After putting their faith in Gov. Roy Cooper (D-NC), the LGBT community got a severe let down today. And they're making their displeasure known.
On the afternoon of March 30, state legislators rushed to repeal HB2 – North Carolina’s controversial law requiring students and government workers to use restrooms that correspond to their biological sex. An NCAA ultimatum was the impetus.
“North Carolina has just over 24 hours to cleanly repeal HB2 or they lose NCAA games through 2022,” ACLU Staff Attorney Chase Strangio tweeted on Wednesday. “How much is it worth to target trans ppl?”
That evening, news broke that a compromise deal had been reached and the repeal bill would go to the general assembly (NCGA) the next day. Before the details were released, LGBT spirits were high.
“#GrabYourWallet works,” Huffington Post contributor David Yankovich tweeted, referring to the boycott campaign against companies that backed the bill. “North Carolina lost billions because of hate.”
But HB142, as the repeal bill is called, did not put the ball in either court. While giving state legislators control over regulation of multi-stall bathroom use, it also precluded local governments from implementing nondiscrimination legislation through 2022.
Naturally, LGBT activists and journalists were not satisfied.
“Let’s be clear, the #HB2 repeal ‘compromise’ is still anti-LGBT and shouldn’t convince @NCAA to change course,” Think Progress LGBT Editor Zack Ford tweeted. Caitlyn Jenner agreed, calling HB142 a "backroom deal."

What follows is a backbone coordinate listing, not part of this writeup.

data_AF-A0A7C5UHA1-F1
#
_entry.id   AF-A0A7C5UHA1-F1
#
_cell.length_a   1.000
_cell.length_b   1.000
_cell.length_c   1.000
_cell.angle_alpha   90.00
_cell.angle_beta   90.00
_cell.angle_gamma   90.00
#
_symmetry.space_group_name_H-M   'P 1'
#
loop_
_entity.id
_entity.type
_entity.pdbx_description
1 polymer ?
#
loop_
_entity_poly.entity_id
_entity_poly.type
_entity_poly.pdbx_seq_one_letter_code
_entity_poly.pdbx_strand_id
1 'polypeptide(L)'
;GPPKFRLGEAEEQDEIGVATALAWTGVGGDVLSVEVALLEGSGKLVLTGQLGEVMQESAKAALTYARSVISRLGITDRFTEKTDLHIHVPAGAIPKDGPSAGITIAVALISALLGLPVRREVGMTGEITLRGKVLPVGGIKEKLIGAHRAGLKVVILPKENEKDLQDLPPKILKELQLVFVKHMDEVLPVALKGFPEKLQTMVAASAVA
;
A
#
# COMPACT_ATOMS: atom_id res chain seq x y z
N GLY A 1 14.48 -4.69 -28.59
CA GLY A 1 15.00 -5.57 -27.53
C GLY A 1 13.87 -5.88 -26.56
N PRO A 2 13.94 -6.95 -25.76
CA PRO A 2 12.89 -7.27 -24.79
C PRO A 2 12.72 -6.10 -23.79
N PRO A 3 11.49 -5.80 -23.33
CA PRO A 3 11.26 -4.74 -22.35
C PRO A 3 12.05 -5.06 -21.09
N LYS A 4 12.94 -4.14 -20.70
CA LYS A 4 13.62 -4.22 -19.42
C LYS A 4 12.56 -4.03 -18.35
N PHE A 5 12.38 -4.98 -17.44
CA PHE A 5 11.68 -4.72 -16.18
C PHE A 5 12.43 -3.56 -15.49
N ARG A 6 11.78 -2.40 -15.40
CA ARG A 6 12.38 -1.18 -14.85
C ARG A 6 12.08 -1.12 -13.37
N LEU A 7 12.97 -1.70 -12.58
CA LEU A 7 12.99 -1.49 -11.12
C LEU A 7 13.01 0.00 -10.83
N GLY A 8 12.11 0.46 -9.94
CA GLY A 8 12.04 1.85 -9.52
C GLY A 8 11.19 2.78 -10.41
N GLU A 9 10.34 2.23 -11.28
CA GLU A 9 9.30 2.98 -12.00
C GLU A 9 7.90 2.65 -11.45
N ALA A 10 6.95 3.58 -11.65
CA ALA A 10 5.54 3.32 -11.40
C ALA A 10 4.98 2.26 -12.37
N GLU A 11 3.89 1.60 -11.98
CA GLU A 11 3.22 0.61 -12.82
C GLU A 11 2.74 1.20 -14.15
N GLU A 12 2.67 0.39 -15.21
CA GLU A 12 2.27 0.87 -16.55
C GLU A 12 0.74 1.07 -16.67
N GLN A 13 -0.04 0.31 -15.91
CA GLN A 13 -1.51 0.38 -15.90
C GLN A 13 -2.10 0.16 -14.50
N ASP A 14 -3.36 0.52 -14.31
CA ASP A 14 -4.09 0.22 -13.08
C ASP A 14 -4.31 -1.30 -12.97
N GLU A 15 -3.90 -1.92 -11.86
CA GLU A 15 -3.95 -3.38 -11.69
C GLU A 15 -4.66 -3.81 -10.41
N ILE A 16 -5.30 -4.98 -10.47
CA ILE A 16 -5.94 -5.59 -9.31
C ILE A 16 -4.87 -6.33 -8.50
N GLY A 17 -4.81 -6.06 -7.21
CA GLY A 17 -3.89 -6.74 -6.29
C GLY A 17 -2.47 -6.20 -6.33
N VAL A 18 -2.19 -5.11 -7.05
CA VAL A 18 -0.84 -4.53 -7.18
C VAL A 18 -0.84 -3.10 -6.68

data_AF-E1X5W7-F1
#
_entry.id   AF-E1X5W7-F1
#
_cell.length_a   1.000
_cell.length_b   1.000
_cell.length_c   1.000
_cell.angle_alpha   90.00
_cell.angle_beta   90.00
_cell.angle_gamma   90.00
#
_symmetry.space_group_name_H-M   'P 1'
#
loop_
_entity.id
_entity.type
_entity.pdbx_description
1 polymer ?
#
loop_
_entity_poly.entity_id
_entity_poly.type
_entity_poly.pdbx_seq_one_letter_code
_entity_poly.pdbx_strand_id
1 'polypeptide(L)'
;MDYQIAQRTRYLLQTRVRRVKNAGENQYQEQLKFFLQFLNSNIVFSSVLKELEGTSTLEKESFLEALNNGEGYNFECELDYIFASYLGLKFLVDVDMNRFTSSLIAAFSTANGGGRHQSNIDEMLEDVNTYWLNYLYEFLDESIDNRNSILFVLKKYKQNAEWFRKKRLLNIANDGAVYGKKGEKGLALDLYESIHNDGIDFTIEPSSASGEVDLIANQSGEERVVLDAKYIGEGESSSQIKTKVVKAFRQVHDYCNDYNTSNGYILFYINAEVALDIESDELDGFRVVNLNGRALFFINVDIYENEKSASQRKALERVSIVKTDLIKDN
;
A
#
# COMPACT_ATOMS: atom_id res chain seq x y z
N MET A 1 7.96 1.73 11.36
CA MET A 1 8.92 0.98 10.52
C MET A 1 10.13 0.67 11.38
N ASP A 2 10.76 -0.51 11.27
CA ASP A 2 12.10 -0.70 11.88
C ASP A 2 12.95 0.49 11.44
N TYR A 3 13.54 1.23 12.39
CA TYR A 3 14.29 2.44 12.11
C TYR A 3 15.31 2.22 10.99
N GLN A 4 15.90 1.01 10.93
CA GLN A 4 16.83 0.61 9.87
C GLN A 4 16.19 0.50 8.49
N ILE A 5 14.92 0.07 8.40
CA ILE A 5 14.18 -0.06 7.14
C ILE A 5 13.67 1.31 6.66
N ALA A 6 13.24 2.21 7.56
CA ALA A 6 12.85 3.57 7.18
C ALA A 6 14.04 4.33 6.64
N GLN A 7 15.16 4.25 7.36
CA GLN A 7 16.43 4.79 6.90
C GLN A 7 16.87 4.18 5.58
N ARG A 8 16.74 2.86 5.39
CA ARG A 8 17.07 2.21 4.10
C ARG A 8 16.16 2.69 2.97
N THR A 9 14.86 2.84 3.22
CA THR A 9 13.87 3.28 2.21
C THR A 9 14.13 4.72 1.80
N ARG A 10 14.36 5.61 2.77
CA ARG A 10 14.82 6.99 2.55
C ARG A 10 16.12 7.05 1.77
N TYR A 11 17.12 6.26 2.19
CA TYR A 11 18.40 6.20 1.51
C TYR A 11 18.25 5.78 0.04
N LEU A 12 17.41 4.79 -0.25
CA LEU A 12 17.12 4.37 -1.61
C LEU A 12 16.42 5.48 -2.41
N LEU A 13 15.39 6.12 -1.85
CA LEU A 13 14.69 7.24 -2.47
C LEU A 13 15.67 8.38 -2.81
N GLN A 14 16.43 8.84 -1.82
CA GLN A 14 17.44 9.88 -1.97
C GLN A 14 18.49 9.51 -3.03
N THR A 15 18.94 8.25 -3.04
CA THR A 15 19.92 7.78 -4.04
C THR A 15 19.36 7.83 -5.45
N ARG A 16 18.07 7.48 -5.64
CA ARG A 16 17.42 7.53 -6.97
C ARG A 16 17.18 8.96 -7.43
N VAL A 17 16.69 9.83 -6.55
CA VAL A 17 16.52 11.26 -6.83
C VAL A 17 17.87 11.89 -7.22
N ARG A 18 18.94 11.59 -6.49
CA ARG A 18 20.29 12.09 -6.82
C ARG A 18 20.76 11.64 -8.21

Actress Mia Farrow weighed in with a comment from NC NAACP president Rev. Dr. William Barber II, who condemned the compromise as an “insult to civil rights.” And the folks at Slate’s LGBT division, Outward, agreed, calling it an “unmitigated disaster.”
The ACLU accused the NCGA of putting “basketball over civil rights,” while the HRC pressed a continued boycott. “We urge all biz, sports leagues & entertainers who’ve fought against #HB2 to continue standing strong against hate!” the organization tweeted.
In response to an AP tweet calling the repeal bill a “rollback,” HRC got even testier. “@AP, by ‘rolling back’ you mean ‘doubling down on discrimination.’”
Clearly, activists do not intend to back off.
“We will still see you all in court, North Carolina!” Strangio tweeted after the bill was finalized. “We fight on.”
On the other side, Family Research Council President Tony Perkins believes the move signals a willingness to cede ground on safety matters. “LGBT groups' fierce opposition to this compromise is very telling,” he commented. “For the Left, the only compromise they will accept is our total surrender.”